Martin also helped the other Caribbean communities in Georgia. His legacy looms tall. Attorney Jewel Scott now takes over his role. Scott has an impressive resume. She has practiced law for 25 years in Jamaica, New York and Georgia and became, simultaneously, the first Caribbean national, first individual of African descent and first female to be elected district attorney of Clayton County.
She boasted a 100 percent conviction rate, a perfect child abuse conviction rate and high kidnapping and rape conviction rates. She also instituted initiatives that enhanced police resources and programs that prevented young persons from settling into a life of crime.
Caribbean Todayâ€™s freelance writer Jason Walker spoke with Scott recently.
Jason Walker: How did you find out you were chosen?
Jewel Scott: I found out I was chosen for the position by a telephone call from our honorary Consul General Franz Hall on or about August 26, 2014.
J.W.: What is the process?
J.S.: There is no set process, but what I did was write to the decision-makers, including the Jamaican Ambassador to the U.S. Stephen Vasciannie, the Minister of Foreign Affairs and Foreign Trade, Senator the honorable Arnold .J. Nicholson, Q.C., indicating my interest in the position. I also did an interview with our C.G. Franz Hall. There was also a process for the U.S. Department of State to clear me for office.
J.W.: Vin Martin left very big shoes, how do you see yourself continuing his legacy? Or not?
J.S.: My role currently is to continue the work of the consulateâ€™s office by processing passports, visas and enabling Jamaican citizens and others who want to travel to Jamaica for pleasure, for trade and business opportunities, to be able to do so.
The larger vision is to grow the membership of our Jamaican community in the metro Atlanta area and to keep our group strong and involved so that they have a voice on issues that impact them here and in Jamaica. This includes staying involved with leaders and elected and appointed officials in municipalities, cities, counties and state. I want to be efficient and effective in my new role.
J.W.: What else do you wish to get done as consul general?
J.S.: The honorary consulâ€™s office is an extension of the Jamaican government in a foreign country to facilitate Jamaican citizens in obtaining important documents, in staying connected to their homeland, in providing information on trade opportunities to individuals and corporations in the United States who want to do business in Jamaica, fostering benevolent missions to Jamaica, connecting with other consular offices around the world who have offices in the U.S. and in Georgia.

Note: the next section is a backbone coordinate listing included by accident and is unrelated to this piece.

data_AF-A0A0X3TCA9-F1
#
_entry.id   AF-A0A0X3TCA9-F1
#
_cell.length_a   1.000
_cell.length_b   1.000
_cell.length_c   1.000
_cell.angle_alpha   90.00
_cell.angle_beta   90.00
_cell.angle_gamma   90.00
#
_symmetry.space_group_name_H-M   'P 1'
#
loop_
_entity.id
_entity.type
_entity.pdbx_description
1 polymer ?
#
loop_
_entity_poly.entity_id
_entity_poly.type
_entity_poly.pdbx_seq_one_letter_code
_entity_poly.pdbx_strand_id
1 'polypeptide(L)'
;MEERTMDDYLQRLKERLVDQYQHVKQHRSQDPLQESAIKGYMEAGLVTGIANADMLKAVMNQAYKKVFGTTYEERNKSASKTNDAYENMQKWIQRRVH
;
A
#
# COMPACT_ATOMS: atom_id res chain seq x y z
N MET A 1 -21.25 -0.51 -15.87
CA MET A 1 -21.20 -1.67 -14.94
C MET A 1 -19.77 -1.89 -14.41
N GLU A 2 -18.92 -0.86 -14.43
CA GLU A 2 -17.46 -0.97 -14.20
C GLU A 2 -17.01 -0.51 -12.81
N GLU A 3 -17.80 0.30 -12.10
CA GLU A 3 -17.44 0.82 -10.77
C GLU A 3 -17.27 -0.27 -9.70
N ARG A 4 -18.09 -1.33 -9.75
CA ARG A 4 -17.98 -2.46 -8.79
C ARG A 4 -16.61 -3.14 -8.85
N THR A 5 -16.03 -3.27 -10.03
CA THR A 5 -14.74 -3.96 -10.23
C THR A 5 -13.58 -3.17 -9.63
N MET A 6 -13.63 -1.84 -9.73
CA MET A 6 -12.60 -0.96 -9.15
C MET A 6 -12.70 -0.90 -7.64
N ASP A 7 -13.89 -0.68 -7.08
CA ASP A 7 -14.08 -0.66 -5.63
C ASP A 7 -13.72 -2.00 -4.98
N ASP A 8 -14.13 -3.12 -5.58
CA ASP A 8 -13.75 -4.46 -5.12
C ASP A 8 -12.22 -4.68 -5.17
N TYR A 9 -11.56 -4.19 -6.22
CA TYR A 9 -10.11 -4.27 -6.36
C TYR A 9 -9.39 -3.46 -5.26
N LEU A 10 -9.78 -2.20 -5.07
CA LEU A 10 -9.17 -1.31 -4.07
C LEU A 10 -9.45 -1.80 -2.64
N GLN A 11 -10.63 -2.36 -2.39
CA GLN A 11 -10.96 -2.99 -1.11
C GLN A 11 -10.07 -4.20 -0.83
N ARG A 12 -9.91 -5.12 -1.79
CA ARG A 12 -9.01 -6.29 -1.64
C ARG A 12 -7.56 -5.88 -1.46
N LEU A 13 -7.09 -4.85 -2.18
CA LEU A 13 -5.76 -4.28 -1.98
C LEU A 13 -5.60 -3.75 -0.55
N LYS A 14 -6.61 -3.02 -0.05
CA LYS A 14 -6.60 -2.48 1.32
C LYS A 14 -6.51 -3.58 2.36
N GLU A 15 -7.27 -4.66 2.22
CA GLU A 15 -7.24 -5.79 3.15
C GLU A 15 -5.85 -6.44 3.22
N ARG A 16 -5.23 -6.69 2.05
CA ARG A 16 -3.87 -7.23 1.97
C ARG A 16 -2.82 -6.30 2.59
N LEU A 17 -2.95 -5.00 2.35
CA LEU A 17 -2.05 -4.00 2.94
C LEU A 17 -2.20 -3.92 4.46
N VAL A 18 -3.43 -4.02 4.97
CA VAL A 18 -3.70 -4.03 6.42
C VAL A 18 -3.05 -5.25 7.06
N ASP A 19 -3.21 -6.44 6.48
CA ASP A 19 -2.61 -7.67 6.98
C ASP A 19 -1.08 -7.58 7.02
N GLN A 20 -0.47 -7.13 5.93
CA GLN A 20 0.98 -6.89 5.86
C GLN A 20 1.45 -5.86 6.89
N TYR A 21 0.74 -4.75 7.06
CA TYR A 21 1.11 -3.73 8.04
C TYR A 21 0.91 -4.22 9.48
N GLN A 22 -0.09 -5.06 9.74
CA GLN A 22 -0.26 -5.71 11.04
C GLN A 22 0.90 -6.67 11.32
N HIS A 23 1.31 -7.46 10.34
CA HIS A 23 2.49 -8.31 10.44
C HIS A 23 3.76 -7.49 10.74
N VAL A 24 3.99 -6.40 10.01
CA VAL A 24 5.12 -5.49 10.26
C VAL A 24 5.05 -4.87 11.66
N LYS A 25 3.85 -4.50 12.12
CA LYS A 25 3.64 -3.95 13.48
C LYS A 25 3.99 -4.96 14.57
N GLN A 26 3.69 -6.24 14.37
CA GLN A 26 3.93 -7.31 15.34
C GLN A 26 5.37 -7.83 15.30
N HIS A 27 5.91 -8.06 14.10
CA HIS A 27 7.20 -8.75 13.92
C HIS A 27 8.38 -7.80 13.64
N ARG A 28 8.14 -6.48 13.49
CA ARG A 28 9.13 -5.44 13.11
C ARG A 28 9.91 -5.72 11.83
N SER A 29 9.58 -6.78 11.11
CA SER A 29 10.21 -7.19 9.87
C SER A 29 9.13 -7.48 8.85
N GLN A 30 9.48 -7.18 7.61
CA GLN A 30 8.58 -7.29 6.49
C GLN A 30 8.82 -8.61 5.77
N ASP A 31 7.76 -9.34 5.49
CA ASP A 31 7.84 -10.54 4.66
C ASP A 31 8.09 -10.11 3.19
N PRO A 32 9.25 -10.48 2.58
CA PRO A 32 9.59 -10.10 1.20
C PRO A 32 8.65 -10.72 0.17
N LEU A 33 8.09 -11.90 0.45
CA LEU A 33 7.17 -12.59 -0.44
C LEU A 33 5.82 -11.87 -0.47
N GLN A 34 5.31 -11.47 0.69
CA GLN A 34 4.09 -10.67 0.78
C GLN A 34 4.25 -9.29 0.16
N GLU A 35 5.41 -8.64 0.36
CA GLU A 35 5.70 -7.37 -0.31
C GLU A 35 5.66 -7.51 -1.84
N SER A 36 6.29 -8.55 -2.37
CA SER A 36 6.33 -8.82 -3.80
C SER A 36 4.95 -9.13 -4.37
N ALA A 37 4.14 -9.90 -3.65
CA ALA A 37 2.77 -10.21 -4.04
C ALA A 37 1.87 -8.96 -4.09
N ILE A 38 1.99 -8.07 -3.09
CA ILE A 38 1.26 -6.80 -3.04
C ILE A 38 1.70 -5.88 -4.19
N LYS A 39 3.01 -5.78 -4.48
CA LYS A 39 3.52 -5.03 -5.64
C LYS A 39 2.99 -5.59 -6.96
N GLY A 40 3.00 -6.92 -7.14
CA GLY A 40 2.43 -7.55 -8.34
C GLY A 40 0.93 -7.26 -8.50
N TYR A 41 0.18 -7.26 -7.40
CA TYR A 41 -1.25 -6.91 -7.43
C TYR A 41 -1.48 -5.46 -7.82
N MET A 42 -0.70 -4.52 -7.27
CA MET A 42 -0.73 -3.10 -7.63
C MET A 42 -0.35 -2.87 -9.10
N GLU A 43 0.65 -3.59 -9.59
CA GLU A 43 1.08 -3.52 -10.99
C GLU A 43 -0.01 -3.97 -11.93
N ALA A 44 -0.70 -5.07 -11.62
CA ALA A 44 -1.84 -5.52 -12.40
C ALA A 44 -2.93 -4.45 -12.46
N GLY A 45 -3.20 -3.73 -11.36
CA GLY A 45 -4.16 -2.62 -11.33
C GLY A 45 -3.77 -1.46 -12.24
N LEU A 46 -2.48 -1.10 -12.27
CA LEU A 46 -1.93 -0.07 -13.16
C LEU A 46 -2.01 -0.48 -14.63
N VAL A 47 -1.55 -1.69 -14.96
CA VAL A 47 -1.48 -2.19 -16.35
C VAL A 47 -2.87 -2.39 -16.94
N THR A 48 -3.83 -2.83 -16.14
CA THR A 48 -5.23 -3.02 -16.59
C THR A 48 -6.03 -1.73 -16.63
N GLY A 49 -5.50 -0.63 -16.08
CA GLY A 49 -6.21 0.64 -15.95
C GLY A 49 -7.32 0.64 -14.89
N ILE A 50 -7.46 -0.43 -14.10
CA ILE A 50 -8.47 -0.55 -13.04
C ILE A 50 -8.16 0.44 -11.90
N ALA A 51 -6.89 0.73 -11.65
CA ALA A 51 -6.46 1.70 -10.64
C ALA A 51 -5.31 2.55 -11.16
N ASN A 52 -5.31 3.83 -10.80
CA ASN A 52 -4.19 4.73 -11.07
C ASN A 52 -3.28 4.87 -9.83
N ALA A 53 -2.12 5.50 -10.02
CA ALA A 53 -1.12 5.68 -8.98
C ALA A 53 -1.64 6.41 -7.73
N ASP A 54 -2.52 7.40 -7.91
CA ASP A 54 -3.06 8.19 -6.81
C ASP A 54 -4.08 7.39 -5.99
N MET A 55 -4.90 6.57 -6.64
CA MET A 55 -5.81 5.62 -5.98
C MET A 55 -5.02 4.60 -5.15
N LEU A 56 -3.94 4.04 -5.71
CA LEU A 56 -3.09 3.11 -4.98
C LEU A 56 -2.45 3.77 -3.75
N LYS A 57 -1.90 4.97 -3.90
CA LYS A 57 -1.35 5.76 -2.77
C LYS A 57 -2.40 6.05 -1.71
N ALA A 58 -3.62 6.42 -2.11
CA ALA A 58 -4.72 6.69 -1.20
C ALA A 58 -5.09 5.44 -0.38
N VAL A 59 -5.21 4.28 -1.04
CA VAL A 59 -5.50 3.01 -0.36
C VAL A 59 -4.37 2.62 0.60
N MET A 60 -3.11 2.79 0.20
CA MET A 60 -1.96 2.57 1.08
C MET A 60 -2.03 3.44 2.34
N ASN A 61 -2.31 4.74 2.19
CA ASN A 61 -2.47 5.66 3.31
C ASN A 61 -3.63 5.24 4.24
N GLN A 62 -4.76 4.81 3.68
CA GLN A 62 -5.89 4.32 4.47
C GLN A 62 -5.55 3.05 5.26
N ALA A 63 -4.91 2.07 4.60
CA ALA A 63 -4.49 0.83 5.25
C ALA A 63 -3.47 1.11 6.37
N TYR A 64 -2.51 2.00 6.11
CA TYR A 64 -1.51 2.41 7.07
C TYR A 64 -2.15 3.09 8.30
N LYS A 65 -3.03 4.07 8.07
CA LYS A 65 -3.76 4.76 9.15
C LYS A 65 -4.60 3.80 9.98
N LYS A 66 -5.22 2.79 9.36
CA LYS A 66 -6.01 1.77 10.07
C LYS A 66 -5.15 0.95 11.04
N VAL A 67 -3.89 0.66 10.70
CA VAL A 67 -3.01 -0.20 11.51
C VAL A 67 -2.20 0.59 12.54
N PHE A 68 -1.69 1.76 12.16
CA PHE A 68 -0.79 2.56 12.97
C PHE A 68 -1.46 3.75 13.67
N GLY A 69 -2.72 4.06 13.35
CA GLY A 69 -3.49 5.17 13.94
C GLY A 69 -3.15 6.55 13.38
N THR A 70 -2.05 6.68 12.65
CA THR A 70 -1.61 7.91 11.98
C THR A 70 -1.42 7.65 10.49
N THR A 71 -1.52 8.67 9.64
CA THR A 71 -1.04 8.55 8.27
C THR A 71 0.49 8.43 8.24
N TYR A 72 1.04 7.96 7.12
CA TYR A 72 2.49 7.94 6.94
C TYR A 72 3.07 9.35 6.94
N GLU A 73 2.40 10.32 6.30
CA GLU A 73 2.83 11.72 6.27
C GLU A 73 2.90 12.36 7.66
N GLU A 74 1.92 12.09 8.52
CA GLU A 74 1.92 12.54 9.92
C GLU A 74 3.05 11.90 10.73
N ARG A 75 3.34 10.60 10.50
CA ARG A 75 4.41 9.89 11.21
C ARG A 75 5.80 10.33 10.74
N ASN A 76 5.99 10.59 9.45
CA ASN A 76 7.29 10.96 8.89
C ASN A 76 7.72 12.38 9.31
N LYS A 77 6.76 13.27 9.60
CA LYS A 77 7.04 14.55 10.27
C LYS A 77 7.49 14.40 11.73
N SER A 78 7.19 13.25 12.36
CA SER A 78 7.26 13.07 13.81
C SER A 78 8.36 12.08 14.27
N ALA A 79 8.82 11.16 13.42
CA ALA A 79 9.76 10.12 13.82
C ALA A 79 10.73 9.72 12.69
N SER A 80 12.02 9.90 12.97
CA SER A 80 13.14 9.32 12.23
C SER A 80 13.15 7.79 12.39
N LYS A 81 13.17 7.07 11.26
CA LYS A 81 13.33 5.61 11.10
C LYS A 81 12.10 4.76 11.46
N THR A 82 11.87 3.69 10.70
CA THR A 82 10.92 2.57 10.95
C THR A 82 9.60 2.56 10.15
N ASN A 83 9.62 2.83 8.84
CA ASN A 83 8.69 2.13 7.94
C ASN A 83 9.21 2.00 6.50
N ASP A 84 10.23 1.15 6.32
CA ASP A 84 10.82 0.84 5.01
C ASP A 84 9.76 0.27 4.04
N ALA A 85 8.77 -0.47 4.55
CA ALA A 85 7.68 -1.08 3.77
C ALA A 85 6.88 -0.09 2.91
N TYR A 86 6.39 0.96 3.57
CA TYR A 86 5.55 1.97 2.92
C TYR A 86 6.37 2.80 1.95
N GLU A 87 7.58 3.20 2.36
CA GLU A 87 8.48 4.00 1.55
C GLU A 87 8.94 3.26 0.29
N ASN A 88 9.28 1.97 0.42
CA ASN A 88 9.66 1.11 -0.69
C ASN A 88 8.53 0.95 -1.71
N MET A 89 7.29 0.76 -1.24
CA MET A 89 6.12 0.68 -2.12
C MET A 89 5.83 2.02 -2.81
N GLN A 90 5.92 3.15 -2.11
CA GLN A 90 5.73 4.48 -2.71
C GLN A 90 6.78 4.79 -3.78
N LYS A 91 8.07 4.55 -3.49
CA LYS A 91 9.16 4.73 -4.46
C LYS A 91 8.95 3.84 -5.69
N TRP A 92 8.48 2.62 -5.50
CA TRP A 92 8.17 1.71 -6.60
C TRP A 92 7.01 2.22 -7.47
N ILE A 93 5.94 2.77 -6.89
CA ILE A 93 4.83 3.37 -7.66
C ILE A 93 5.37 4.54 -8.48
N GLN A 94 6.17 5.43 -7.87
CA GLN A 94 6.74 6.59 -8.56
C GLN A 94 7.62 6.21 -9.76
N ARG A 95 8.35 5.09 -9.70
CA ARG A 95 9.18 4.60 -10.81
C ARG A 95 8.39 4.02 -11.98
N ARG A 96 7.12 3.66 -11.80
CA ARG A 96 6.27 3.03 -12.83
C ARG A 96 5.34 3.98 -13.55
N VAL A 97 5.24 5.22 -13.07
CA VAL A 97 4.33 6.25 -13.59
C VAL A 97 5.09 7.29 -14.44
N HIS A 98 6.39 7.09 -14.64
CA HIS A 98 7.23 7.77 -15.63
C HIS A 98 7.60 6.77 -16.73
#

The value to Jamaica is that there is definitely a service being provided to its nationals who live abroad where the process for approving passports, birth certificates and other important documents is expedited, its nationals who become incarcerated can link with the office of the consul general to get much needed information about the criminal justice system and immigration system and how it works. It also keeps Jamaican nationals linked with their homeland.
J.W.: How do you see the position of consul general and its value to the community?
J.S.: I believe the Georgia community will continue to work well with this office.
J.W.: How do you think your past experiences will help you in the position of honorary consul general?
J.S.: Because I have served as a public official before, this gave me an opportunity to interact with the public, understand their issues and be responsive to those issues. I understand how governments and governance work and these attributes I bring to the table.
J.W.: What is your message to those in the diaspora as you ascend to this position?
J.S.: My message to the diaspora is simple. My intention is to serve effectively and diligently in this new role. I crave their patience as I become acclimatized to this office.
It is my desire to make the Jamaican community a connected, harmonious community that is informed on the issues that affect them in their new homeland and for them to be vocal on these issues because of their strength in numbers and commitment to the well-being of all.